A Film Guide Guide

Darren Slade
Talking Pictures alias talkingpix.co.uk

Home

Features

Reviews

Book 
Reviews

News

About Us

Email
 

The beginning of the 1990s saw a rash of new A-Z movie guides to join the many similar titles already available. This piece takes a critical look at the main ones. It also, slightly light-heartedly, gives a one to four star rating for each one. If it seems harsh to judge years of work in a few lines, remember that's what these books attempt to do. 

Elliot's Guide to Films on Video*, second edition, by John Elliot. London, Boxtree Books, 1991, £14.99. 10,500 entries. Title, star rating, certificate, director, country, year, running time, video distributor. 

Useful because it lists films' (theoretical) video availability and their distributors, this guide is quite conventional in its critical judgements, from The Battleship Potemkin (‘brilliant use of montage‘) through Saturday Night and Sunday Morning (‘the first in a batch of fresh, raw working class dramas‘) to The Curse of Frankenstein (‘gave rise to an interminable succession of lurid and increasingly cliched horror films‘). 

Halliwell's Film Guide**, eighth edition, ed. John Walker. London, Harper and Collins, 1991, £30. 17,000 entries. Title, star rating, country, year, colour/widescreen processes, production company/distributor, producer, writer, director, cinematographer, music, cast, Oscar/BAFTA nominations and awards. 

Anyone who uses Halliwell's books is familiar with his quirky style and individual premises. His tastes are mainstream but also irritatingly middlebrow, and movies made since 1960 get short shrift. The last film to get a four star rating is Bonnie and Clyde, when surely there should be an equally important film among, say, The Godfather Part II, Taxi Driver, Star Wars, E.T. and Hannah and Her Sisters. Nonetheless, this is the most comprehensive guide to film credits, even if they're not always accurate. After Halliwell's death, John Walker has updated the book dutifully, but without Halliwell's lively, if jaundiced, prose style. 

Leonard Maltin's Movies and Video Guide**** (formerly TV Movies), 1992 edition, ed. Leonard Maltin. London, Penguin, 1991, £7.99. 19,500 entries. Title, year, country, colour or black and white, running time, director, cast, US video availability. 

The best of the batch: Maltin and his staff of reviewers deal with more films than any of the other guides, get their facts (and, most difficultly, running times) scrupulously right and are concise and perceptive in their judgements. Obscure exploitation flicks generally get treated equitably alongside more prestigious output - and British films get surprisingly comprehensive coverage. A book for almost all tastes which avoids glibness. 

Movies On TV*, 1992 edition, ed. Steven H. Scheuer. Bantom Books, 1991, £7.99. 9,000 entries. Title, year, country, star rating, cast, director, running time, US video availability. 

The longest standing of these books (originally published 1958) has been somewhat superseded by Leonard Maltin's, which covers the same ground more reliably. It's useful but the reviews don't have the sparkle of Maltin's team's - and the criticism is sometimes quirky. Profoundly impressed as I was by Star Wars and Raiders of the Lost Ark, it's unsettling to read reviews of both that begin ‘Zowie! ’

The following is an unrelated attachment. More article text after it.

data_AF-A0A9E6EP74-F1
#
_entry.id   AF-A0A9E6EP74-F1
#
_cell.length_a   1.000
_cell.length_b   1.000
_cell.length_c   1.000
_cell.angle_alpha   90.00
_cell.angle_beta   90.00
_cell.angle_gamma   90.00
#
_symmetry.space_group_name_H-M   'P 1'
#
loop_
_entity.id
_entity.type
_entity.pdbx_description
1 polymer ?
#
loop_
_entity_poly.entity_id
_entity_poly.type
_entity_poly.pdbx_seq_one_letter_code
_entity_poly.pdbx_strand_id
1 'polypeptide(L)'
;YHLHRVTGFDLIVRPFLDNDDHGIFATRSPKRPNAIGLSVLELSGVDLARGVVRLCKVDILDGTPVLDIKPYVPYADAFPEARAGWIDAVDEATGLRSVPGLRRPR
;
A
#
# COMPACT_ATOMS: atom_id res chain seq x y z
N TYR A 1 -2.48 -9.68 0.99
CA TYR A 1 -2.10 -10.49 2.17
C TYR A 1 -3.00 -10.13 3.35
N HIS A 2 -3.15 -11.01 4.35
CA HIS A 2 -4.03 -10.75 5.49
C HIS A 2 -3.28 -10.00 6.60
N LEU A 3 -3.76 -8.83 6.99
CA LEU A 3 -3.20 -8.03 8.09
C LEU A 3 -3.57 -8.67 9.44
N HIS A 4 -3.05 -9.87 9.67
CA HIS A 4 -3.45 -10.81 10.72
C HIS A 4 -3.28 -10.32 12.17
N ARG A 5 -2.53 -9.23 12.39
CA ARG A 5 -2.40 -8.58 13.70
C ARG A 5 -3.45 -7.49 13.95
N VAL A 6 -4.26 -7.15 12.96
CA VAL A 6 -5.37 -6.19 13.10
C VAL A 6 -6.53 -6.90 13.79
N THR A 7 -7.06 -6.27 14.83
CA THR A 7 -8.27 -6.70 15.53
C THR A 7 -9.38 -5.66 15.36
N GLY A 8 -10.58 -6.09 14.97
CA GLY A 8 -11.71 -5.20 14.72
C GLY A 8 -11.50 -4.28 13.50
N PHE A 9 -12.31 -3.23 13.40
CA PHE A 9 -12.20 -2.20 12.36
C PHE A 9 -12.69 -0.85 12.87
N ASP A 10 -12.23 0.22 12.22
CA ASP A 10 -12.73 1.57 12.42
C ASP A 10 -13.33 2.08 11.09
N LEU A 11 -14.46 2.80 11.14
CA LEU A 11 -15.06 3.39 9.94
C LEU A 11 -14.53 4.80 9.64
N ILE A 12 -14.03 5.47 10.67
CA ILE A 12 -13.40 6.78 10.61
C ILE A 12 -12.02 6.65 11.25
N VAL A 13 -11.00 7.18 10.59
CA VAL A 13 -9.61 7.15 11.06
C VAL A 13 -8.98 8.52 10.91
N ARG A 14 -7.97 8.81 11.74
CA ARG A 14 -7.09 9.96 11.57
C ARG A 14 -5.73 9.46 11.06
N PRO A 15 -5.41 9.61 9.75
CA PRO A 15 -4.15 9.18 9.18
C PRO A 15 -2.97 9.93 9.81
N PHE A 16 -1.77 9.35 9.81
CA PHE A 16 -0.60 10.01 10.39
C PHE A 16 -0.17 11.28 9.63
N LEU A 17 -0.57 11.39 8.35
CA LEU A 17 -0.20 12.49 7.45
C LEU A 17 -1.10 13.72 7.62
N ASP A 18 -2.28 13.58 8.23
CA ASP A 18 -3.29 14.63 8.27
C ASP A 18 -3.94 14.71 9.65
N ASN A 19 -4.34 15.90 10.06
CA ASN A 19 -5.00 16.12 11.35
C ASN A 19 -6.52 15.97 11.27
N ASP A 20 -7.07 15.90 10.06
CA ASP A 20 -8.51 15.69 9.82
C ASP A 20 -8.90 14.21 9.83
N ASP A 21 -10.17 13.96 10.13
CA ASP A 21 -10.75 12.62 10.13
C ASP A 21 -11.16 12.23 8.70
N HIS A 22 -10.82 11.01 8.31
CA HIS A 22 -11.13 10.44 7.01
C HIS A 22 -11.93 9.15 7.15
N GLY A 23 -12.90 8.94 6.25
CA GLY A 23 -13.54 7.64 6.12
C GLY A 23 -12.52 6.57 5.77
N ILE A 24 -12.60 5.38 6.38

The Time Out Film Guide***, second edition, ed. Tom Milne. London, Penguin Books, 1991, £9.99. 9,500 entries. Title, director, year, country, cast, running time, video availability. 

This one claims to be different, rightly arguing that many film guides' attitudes ‘are too often a compound of middlebrow and fan magazine‘. The introduction to this collection of Time Out reviews since 1968 says ‘B movies like Edgar Ulmer's Ruthless, or Jack Arnold's The Incredible Shrinking Man, poverty row’s equivalents to Orson Welles' Citizen Kane and Stanley Kubrick's 2001: A Space Odyssey, can hold their heads high.' But the book is not always as fresh as it claims. Like Halliwell, for example, it lumps the Carry On series together in one entry: ‘Slapdash in conception and execution, the films nominally satirised British customs and institutions or other movie genres‘; and Gilbert Adair accuses Steven Spielberg of making films for ‘infants and critical regressives‘. But the relatively small selection of films allows the reviews to be longer, and many are thought-provoking. David Pirie's pieces on horror movies are especially worth reading. 

Variety Movie Guide**, first edition, ed. Derek Elley. London, Hamlyn, 1991, £12.99. 5,000 entries. Title, year, running time, country, colour or black and white, video availability, director, producer, screenwriter, cinematographer, editor, music, art director, cast, production company, Oscar nominations and awards for best picture. 

Like the Time Out guide, this takes a smaller selection of films and devotes more space to each. The reviews are culled from Hollywood's leading trade paper and are invaluable in giving a contemporary perspective on each film. The only drawback is in the way the pieces have inevitably been shortened for the book: it reads as though many of the more interesting comments have been pruned in favour of somewhat clumsy synopses. Variety's famously hard-hitting prose seems to have been softened. 
 
Search this site or the web        powered by FreeFind
Site searchWeb search

   Book Reviews | Features | Reviews
    News | About Us